13 Doing gender in mixed methods research Qualitative analysis of individuals doing gender potentially de-stabilises the use of gender as a fixed attribute in quantitative research Emphasizing the ontological differences between qualitative and quantitative research problematises the straightforward integration of qualitative and quantitative methods The tensions and ambiguities created in the process of conducting a mixed methods study can be productive if they force us to be more reflexive about the categories that we use.

14 British Birth Cohort Studies Existing UK/GB National Studies: 1946: MRC National Survey of Health & Development 1958: National Child Development Study 1970: 1970 British Birth Cohort Study MCS: Millennium Cohort Study - the first national birth cohort study for 30 years (2000-1)

15 1958 Birth Cohort Study Sample of over 17,000 infants born in March 1958 (perinatal mortality study) Sample followed at ages 7, 11, 16, 23, 33, 42, 46 (prospective study) Multipurpose study: family life; education; employment; skills; housing; health; finances; citizenship Over 10,000 individuals are still participating Mainly quantitative – highly structured interviews, but qualitative interviews with a subsample of cohort members are planned for age 50 Now funded by ESRC with data collected every four years

16 Hypothetical life history x Born 1958 1st Child 1984 2nd Child 1987 Age 7 Age 11 1991 2000 Age 42 2004 Age 46 Age 16 Age 23 1981 Age 33 Gets married Parents social class Parental interest in school work Free school meals Mother smoking Parental divorce Maths and reading tests Teachers assessment of childs behaviour Exam results Job 1Job 2Job 3 Voting behaviour Psychological well being Working hours preferences Savings Domestic division of labour Union membership Training and skills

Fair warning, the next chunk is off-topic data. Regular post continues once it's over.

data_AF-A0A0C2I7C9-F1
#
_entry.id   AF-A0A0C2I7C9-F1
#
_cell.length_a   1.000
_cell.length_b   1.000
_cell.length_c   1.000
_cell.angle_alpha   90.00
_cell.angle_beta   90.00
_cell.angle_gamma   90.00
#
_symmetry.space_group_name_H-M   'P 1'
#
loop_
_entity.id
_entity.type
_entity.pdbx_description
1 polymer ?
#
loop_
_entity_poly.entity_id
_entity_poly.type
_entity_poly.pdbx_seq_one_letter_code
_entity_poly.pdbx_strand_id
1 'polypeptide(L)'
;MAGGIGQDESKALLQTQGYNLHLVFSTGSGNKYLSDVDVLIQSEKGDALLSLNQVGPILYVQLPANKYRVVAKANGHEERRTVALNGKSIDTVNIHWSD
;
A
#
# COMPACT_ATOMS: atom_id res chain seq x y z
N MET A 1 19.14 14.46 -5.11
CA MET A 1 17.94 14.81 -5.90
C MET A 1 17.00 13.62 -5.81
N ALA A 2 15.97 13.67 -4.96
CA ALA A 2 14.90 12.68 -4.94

17 NCDS 11-year old Essays At age 11, in 1969 NCDS Cohort members completed a short questionnaire (at school) about leisure interests, preferred school subjects and expectations on leaving school They were also asked to write an essay on the following topic: Imagine you are now 25 years old. Write about the life you are leading, your interests, your home life and your work at the age of 25. (You have 30 minutes to do this). 13669 essays completed, mean length 204 words Copies of the original essays (in childrens handwriting) are available on microfiche at CLS and are currently being digitised.


19 Two sets of research questions How do gender and social class shape what children write about in their essays? What resources, techniques and devices do the eleven year old children use to sustain and establish their identities within the essays?